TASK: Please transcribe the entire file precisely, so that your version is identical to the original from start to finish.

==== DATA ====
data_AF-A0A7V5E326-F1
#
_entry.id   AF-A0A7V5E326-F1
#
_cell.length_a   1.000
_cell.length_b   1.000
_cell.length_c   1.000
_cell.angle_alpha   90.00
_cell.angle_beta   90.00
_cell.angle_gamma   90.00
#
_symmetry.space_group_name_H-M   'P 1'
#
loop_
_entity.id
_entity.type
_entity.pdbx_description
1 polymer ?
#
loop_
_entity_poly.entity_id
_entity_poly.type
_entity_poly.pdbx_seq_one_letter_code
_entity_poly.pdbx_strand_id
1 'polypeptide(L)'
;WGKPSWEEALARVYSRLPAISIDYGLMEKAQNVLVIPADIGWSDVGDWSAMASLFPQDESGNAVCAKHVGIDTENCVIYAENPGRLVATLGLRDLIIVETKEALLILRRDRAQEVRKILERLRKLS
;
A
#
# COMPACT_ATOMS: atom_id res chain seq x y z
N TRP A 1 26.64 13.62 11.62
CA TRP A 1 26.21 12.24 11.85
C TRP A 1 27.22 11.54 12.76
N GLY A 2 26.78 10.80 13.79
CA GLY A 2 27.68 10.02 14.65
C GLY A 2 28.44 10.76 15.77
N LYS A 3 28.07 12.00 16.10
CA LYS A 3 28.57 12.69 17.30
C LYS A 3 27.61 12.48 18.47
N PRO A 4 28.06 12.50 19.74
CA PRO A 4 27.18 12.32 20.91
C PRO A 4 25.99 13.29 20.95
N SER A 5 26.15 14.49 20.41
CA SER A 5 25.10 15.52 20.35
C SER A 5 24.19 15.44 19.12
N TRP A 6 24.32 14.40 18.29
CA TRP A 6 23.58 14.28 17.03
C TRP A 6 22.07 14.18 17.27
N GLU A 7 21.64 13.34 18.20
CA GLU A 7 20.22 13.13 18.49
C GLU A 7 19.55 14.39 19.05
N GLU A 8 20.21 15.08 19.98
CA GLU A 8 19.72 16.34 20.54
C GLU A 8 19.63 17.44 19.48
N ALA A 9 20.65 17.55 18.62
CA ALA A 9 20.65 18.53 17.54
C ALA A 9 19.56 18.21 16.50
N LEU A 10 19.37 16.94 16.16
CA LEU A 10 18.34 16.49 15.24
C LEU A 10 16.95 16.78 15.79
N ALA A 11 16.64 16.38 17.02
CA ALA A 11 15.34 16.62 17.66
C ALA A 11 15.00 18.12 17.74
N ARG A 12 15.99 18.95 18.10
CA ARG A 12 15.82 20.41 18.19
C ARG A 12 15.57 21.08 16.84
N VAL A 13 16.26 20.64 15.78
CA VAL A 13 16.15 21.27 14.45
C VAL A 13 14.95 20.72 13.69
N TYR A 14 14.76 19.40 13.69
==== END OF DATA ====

data_AF-A0A7V5E326-F1
#
_entry.id   AF-A0A7V5E326-F1
#
_cell.length_a   1.000
_cell.length_b   1.000
_cell.length_c   1.000
_cell.angle_alpha   90.00
_cell.angle_beta   90.00
_cell.angle_gamma   90.00
#
_symmetry.space_group_name_H-M   'P 1'
#
loop_
_entity.id
_entity.type
_entity.pdbx_description
1 polymer ?
#
loop_
_entity_poly.entity_id
_entity_poly.type
_entity_poly.pdbx_seq_one_letter_code
_entity_poly.pdbx_strand_id
1 'polypeptide(L)'
;WGKPSWEEALARVYSRLPAISIDYGLMEKAQNVLVIPADIGWSDVGDWSAMASLFPQDESGNAVCAKHVGIDTENCVIYAENPGRLVATLGLRDLIIVETKEALLILRRDRAQEVRKILERLRKLS
;
A
#
# COMPACT_ATOMS: atom_id res chain seq x y z
N TRP A 1 26.64 13.62 11.62
CA TRP A 1 26.21 12.24 11.85
C TRP A 1 27.22 11.54 12.76
N GLY A 2 26.78 10.80 13.79
CA GLY A 2 27.68 10.02 14.65
C GLY A 2 28.44 10.76 15.77
N LYS A 3 28.07 12.00 16.10
CA LYS A 3 28.57 12.69 17.30
C LYS A 3 27.61 12.48 18.47
N PRO A 4 28.06 12.50 19.74
CA PRO A 4 27.18 12.32 20.91
C PRO A 4 25.99 13.29 20.95
N SER A 5 26.15 14.49 20.41
CA SER A 5 25.10 15.52 20.35
C SER A 5 24.19 15.44 19.12
N TRP A 6 24.32 14.40 18.29
CA TRP A 6 23.58 14.28 17.03
C TRP A 6 22.07 14.18 17.27
N GLU A 7 21.64 13.34 18.20
CA GLU A 7 20.22 13.13 18.49
C GLU A 7 19.55 14.39 19.05
N GLU A 8 20.21 15.08 19.98
CA GLU A 8 19.72 16.34 20.54
C GLU A 8 19.63 17.44 19.48
N ALA A 9 20.65 17.55 18.62
CA ALA A 9 20.65 18.53 17.54
C ALA A 9 19.56 18.21 16.50
N LEU A 10 19.37 16.94 16.16
CA LEU A 10 18.34 16.49 15.24
C LEU A 10 16.95 16.78 15.79
N ALA A 11 16.64 16.38 17.02
CA ALA A 11 15.34 16.62 17.66
C ALA A 11 15.00 18.12 17.74
N ARG A 12 15.99 18.95 18.10
CA ARG A 12 15.82 20.41 18.19
C ARG A 12 15.57 21.08 16.84
N VAL A 13 16.26 20.64 15.78
CA VAL A 13 16.15 21.27 14.45
C VAL A 13 14.95 20.72 13.69
N TYR A 14 14.76 19.40 13.69